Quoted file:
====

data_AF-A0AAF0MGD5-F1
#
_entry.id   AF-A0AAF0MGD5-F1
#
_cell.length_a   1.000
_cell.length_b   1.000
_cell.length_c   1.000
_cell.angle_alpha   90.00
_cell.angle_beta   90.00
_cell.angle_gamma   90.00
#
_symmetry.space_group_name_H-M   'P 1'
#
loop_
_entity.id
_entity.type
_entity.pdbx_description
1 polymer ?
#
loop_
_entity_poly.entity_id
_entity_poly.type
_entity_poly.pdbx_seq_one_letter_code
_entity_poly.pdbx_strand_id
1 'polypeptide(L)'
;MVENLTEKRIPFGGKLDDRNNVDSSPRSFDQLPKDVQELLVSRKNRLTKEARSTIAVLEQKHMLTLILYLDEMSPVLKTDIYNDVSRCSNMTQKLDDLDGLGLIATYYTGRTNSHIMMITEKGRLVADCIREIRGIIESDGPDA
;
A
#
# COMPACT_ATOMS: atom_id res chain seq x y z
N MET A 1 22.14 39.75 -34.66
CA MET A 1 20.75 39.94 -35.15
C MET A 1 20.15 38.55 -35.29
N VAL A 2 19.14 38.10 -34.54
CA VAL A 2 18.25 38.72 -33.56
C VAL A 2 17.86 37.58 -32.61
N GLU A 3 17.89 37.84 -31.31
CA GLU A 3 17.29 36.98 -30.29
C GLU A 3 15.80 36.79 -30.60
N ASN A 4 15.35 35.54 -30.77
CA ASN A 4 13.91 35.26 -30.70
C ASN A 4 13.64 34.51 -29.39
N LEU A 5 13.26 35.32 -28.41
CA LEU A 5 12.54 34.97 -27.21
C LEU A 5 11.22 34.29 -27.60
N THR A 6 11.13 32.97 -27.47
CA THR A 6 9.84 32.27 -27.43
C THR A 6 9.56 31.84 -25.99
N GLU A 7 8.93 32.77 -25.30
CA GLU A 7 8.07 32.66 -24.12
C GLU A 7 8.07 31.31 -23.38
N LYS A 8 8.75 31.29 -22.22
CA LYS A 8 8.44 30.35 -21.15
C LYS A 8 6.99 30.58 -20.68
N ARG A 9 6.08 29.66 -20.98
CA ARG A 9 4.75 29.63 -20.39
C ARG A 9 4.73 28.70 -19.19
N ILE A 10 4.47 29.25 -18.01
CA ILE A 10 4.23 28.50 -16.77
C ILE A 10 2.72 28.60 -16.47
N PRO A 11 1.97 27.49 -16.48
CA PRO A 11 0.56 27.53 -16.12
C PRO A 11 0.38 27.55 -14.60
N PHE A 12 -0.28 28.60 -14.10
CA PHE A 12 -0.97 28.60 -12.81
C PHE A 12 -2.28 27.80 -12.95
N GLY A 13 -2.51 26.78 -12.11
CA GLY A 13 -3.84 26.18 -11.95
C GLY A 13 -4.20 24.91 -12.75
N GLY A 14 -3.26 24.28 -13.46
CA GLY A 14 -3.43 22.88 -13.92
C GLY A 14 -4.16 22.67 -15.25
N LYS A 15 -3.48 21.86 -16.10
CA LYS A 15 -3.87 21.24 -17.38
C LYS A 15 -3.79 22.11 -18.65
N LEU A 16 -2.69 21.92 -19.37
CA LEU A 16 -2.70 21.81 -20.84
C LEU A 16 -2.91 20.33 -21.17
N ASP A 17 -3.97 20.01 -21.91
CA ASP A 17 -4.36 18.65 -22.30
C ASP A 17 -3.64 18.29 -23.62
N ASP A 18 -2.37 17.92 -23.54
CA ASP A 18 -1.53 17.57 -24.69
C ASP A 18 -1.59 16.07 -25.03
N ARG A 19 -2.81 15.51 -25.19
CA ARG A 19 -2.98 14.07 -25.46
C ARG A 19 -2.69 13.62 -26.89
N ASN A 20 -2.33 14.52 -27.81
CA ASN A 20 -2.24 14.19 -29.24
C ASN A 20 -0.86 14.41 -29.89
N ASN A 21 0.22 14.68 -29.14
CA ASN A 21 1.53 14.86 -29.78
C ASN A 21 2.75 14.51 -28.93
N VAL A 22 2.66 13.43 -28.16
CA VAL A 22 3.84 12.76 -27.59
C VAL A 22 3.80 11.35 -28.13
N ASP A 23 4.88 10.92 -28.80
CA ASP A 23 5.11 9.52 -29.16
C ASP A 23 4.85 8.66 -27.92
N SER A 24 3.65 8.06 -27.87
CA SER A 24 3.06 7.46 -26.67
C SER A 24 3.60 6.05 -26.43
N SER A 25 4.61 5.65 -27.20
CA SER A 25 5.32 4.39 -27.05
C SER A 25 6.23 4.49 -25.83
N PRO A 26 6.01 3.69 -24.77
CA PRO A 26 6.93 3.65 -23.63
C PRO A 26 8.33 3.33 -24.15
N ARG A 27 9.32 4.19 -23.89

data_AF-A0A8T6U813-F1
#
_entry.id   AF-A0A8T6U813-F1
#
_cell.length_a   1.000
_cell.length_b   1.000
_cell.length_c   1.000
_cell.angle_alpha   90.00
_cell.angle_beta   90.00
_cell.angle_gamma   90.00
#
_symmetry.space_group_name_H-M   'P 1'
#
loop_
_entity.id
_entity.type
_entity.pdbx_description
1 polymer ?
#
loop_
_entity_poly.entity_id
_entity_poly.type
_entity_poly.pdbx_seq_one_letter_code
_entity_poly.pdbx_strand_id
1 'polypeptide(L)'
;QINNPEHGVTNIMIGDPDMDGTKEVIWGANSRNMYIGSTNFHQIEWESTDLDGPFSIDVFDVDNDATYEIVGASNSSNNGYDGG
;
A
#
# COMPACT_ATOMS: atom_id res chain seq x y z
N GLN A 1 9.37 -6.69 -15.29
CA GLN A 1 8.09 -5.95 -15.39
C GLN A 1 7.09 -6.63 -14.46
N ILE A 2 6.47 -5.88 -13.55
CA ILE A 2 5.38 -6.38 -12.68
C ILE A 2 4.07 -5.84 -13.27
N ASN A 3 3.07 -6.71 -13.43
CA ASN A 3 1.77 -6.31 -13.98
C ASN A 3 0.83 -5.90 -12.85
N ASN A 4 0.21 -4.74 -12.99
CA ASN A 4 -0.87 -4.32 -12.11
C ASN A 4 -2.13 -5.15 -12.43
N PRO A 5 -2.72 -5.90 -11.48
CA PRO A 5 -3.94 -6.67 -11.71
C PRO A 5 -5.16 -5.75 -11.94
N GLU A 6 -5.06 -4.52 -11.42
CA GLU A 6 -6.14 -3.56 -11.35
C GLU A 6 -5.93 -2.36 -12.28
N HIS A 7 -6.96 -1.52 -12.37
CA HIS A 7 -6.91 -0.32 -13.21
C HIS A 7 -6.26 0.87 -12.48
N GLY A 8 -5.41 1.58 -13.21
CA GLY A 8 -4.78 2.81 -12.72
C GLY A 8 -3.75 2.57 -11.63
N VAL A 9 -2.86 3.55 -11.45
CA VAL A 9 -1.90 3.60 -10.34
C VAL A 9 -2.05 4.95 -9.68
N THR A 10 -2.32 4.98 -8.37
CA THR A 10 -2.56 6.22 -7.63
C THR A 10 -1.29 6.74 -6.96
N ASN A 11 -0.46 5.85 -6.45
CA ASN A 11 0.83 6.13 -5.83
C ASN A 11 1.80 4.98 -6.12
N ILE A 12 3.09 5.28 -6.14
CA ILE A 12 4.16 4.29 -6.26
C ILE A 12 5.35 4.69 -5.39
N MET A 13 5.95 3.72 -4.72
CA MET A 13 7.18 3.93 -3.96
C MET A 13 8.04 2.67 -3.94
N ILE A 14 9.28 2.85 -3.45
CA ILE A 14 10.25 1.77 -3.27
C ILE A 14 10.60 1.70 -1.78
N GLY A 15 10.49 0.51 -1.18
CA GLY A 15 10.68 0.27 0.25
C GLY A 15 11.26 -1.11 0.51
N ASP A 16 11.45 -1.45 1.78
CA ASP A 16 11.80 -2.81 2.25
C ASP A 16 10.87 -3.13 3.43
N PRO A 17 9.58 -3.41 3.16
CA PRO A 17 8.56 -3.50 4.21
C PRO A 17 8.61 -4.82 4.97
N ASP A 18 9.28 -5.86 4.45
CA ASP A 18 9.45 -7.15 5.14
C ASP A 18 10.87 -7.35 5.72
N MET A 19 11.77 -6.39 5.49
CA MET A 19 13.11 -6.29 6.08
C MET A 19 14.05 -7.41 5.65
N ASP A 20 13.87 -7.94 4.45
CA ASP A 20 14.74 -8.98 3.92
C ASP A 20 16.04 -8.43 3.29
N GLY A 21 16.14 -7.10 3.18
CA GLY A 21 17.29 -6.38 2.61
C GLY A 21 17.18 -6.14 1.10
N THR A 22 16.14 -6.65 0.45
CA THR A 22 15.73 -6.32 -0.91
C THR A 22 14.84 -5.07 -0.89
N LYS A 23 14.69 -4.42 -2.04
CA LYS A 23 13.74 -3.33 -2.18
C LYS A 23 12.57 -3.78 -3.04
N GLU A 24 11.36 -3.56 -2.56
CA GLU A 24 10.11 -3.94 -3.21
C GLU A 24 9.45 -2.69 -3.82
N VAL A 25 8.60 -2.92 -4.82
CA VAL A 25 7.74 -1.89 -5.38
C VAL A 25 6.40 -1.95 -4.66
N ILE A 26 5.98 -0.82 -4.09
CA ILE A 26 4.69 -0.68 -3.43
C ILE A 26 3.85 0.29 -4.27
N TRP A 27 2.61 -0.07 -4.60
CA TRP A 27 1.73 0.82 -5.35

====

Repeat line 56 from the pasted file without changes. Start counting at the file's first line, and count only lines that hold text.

CA ARG A 9 4.75 29.63 -20.39